Digital image processing techniques that included image geo-referencing and ortho-rectification, noise filtering, mosaicking, clipping, feature extraction, etc. were used to analyse the satellite images. The datum for the satellite images was set to WGS 84 and referenced to Universal Transverse Mercator (UTM) zone 36 North. The images were digitized based on false colour composite bands (3, 4, and 8) and clipped based on the extent of the shoreline of Lake Naivasha. The bands were re-sampled and classified using object oriented classification methodology. The classification methodology entailed the following steps:
• Digitizing the shoreline of Lake Naivasha based on a false colour composite image (Bands 3, 4, 8)
• Clipping all the eight Sentinel-2 image based on the shoreline digitized
• Resampling bands 5, 6, 7 and 8A from 20m to 10m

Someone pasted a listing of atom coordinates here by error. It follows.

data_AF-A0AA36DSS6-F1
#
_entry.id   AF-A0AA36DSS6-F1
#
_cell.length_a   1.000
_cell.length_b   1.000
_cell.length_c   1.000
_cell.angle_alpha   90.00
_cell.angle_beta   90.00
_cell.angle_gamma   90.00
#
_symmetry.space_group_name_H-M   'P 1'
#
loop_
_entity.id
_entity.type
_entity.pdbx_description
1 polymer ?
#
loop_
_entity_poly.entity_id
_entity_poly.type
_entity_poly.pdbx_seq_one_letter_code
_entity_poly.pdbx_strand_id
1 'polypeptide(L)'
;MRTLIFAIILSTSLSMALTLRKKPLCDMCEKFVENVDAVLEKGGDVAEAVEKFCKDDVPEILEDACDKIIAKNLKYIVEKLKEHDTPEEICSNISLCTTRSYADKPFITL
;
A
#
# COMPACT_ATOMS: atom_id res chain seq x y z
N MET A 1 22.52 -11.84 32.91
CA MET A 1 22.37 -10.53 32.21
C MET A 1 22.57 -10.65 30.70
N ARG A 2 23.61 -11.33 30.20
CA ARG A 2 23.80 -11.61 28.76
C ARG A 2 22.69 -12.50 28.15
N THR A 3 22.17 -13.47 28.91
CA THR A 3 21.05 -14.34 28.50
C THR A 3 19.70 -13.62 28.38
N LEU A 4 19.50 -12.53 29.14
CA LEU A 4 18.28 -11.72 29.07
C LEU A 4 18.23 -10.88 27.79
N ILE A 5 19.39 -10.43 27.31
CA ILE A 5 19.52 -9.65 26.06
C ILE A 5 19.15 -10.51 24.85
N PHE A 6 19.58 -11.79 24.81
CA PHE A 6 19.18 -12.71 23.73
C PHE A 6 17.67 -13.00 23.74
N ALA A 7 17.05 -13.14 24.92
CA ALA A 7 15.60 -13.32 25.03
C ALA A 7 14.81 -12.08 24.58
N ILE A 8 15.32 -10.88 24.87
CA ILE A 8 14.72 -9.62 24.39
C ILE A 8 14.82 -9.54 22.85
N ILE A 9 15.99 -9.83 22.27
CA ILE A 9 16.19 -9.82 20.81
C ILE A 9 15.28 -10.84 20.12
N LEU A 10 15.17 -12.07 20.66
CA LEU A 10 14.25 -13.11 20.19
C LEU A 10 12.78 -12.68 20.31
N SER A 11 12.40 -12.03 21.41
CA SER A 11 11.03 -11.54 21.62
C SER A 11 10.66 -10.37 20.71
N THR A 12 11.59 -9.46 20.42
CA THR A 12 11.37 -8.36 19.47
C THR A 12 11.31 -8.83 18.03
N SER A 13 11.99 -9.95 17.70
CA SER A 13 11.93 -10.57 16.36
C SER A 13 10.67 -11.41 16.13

• Carrying out object-oriented classification by
• Creating a segmentation file
• Creating training data derived using field data
• Creating signature files from the training data
• Running a classification procedure using the maximum likelihood module
• Carrying out accuracy assessment using a separate set of segments derived using field data
• Carrying out cartographic design and layout of the macrophytes map produces
• Computing area under each type of macrophyte mapped in ArcGIS